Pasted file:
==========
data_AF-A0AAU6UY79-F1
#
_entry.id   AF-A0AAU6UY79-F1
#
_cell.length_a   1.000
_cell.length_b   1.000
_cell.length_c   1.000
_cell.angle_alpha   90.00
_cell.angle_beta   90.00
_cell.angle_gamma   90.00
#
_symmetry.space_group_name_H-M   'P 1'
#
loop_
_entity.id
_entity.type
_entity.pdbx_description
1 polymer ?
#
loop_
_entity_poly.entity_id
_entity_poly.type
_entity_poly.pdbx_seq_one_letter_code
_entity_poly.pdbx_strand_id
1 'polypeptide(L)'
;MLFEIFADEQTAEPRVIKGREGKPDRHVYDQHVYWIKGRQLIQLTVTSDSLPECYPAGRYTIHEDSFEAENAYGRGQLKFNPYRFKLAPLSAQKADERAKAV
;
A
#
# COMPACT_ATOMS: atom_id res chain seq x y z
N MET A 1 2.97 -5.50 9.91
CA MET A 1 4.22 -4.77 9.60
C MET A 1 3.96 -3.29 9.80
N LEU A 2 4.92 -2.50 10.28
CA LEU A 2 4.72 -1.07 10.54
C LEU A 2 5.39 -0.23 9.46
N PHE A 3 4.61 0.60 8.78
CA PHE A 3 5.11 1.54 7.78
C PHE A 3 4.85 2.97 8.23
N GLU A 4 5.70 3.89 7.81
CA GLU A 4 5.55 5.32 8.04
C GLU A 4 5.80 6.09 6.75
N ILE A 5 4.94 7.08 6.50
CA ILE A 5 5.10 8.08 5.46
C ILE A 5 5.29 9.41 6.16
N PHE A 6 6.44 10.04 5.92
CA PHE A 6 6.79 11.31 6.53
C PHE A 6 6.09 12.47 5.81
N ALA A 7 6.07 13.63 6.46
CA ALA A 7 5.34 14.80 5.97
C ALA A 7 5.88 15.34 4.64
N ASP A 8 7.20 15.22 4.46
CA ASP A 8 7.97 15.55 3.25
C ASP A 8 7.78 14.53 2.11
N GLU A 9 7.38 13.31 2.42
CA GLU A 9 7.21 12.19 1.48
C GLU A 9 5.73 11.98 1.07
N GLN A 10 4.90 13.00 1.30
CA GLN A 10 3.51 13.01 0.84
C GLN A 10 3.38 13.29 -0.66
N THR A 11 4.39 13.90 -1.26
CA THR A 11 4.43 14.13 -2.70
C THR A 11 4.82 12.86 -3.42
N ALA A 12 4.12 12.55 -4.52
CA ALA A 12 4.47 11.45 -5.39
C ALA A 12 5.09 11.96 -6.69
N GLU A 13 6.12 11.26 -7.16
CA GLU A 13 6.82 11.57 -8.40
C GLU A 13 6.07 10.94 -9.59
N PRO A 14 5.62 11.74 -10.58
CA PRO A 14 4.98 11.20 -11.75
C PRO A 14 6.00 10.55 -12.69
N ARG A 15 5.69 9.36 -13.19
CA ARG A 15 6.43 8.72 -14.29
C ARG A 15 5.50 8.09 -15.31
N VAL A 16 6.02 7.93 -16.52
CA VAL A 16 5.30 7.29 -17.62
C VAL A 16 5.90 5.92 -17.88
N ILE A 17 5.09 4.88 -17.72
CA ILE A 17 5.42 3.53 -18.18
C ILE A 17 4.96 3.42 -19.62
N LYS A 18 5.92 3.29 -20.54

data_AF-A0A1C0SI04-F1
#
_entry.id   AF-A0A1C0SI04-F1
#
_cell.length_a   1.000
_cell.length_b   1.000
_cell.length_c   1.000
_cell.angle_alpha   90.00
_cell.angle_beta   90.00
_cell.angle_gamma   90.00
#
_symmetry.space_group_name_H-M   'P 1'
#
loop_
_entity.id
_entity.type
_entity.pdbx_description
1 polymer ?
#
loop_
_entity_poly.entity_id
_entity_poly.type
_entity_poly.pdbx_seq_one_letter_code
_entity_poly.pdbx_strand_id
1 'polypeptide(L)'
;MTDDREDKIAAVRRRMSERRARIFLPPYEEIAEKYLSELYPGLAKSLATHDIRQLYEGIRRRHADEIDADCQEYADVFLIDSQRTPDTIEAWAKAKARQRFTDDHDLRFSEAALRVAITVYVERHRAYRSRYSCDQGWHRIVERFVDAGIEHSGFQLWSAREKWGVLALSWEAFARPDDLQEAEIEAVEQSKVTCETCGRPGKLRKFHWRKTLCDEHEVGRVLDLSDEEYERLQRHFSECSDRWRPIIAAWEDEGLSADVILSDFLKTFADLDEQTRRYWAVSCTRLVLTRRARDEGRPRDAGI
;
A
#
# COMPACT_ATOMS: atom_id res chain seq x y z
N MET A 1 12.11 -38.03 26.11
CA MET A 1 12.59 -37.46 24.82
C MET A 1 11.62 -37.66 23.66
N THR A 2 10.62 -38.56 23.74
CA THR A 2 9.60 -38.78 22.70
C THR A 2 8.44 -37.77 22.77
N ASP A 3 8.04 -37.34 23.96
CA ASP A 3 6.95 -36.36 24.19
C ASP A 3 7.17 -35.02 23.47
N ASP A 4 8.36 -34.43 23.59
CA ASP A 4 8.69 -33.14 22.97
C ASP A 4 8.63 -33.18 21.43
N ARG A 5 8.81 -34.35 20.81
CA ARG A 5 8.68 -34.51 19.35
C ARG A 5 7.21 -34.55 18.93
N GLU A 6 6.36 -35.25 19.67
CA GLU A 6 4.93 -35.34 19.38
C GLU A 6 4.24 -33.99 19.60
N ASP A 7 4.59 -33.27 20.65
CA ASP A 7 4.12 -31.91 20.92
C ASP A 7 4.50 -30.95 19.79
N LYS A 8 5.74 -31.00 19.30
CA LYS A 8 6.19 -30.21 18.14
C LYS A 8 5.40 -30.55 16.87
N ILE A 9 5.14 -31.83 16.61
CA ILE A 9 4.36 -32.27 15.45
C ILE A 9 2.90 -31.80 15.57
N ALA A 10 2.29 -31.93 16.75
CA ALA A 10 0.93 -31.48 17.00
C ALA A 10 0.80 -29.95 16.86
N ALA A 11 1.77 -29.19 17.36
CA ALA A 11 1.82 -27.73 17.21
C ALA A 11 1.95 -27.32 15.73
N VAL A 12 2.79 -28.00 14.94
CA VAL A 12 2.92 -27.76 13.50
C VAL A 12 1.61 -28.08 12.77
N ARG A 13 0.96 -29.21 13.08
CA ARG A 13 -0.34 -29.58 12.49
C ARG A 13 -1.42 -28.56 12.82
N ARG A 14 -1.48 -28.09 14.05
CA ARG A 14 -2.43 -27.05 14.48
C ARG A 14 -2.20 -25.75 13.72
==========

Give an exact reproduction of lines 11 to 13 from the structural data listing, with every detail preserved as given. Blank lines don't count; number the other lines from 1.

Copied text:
#
_symmetry.space_group_name_H-M   'P 1'
#